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Here is the Merle Haggard Telecaster neck joint. As far as I know it is the only maple "set-neck" guitar. You can also see the grain in the 'ivoroid' binding.Mh_neck1.jpg (179336 bytes)

Here's another shot which shows the problem posed by using the Fender 'one-piece' (meaning without a fretboard) maple neck in a Fender set-neck (as opposed to a bolt on). The skunk stripe* seems to be the poser.

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*For Those who do not speak guitar, the 'skunk stripe' is the (darker) walnut inlay along the back of the light colored maple neck which fills in the rout where the steel truss rod was inserted. Walnut is preferred to maple for this inlay. It is a characteristic of Fender maple necks that do not have fretboards, although in rare cases skunk stripes have been seen on guitars with fretboards. When Leo Fender eventually went on to G&L guitars he changed the way to insert truss rods in maple necks - they saw the whole neck the long way and sandwich the truss rod between the two pieces which are glued back together with no skunk stripe.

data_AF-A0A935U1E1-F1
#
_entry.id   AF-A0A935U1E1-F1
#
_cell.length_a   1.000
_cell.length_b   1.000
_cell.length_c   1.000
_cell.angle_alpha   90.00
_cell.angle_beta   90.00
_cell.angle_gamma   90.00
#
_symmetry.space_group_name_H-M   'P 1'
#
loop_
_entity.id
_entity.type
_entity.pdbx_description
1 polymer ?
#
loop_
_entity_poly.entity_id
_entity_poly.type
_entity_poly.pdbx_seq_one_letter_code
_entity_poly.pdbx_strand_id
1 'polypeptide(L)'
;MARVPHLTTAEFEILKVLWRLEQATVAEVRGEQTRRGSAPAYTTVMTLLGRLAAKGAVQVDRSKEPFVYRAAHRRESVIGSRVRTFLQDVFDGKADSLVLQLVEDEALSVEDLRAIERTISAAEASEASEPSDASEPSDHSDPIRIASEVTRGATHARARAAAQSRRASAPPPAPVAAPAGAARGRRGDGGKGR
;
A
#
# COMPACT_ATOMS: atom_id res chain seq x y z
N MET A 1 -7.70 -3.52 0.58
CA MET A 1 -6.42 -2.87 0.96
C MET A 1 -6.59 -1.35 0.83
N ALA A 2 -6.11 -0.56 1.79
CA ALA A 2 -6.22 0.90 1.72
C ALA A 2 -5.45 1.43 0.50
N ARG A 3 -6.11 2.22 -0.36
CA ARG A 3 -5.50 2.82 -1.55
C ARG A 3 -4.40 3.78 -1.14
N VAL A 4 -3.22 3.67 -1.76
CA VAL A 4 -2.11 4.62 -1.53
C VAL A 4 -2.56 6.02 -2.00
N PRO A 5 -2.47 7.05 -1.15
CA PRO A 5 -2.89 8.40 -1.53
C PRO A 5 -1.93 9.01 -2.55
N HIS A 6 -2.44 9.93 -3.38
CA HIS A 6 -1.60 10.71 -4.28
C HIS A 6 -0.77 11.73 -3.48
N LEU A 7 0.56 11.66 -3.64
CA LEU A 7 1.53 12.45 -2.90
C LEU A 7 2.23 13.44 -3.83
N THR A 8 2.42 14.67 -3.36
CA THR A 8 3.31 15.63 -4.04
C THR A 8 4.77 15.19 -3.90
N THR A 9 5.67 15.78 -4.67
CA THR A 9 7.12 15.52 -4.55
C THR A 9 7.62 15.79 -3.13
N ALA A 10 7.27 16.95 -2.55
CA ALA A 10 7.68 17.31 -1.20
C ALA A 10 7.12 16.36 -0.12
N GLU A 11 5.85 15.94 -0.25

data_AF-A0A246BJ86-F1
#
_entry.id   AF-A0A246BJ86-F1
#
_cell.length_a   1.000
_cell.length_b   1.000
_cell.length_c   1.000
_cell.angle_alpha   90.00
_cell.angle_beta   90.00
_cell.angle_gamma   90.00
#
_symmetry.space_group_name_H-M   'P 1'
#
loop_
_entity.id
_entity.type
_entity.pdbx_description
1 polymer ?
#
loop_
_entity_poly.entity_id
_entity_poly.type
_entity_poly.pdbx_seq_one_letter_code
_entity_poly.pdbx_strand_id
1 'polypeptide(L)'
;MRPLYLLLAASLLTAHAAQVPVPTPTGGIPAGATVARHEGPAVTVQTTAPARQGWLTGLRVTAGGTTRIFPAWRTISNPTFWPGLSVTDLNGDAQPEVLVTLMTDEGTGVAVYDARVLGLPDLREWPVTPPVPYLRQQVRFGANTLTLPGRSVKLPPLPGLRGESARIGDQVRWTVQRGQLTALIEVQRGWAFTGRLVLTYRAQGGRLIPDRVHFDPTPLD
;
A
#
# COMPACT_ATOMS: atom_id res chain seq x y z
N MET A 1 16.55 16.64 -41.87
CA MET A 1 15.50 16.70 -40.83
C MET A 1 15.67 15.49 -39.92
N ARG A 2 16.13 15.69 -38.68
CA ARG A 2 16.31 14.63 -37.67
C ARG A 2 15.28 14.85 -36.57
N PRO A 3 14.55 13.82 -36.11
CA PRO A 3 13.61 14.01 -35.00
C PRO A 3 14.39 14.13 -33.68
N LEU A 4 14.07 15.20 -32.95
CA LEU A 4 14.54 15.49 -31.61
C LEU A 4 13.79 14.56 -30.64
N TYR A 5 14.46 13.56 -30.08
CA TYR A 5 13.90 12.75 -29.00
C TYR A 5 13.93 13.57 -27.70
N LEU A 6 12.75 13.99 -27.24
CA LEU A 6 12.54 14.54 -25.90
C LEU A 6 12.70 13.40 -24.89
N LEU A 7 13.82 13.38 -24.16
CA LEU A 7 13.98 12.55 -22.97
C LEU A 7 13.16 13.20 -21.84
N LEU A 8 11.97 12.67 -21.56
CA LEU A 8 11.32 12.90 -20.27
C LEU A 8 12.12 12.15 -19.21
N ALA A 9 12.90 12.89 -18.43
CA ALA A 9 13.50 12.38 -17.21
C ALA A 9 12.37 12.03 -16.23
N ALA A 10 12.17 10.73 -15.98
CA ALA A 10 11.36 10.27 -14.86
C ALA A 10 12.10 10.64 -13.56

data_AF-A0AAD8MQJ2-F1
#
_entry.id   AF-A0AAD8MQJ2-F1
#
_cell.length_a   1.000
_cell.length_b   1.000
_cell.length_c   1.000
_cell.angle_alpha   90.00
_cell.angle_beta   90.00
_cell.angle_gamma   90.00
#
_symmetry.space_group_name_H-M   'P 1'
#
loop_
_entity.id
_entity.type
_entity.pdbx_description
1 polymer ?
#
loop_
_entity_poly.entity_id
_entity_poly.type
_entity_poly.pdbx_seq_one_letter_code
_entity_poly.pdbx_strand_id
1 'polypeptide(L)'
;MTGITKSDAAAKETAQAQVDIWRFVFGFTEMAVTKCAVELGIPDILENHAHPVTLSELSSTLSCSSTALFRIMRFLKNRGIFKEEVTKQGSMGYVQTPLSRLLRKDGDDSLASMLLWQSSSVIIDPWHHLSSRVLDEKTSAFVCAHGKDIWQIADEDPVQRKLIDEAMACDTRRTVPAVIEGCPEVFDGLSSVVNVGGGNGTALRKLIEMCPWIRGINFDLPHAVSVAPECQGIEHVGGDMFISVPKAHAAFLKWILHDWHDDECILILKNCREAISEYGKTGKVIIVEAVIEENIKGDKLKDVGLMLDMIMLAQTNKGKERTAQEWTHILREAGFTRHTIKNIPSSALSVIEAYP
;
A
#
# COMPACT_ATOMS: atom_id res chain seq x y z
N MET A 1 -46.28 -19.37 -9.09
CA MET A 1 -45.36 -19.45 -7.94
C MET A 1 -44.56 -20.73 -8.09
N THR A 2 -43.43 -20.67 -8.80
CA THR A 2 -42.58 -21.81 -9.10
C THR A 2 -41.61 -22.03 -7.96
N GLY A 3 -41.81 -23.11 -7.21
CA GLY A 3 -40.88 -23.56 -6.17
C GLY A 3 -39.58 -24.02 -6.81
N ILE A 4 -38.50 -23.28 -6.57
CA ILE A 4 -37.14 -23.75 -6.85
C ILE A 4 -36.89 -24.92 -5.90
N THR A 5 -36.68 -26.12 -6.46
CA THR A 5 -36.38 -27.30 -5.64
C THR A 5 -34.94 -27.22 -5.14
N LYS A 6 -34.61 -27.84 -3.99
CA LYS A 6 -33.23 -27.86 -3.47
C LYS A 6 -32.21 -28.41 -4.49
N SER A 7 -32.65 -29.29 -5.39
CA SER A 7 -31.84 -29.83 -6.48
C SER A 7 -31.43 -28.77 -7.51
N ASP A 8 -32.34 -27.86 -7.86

For another look at this kind of neck joint in an unexpected place:

Dan Smith Telecaster

 

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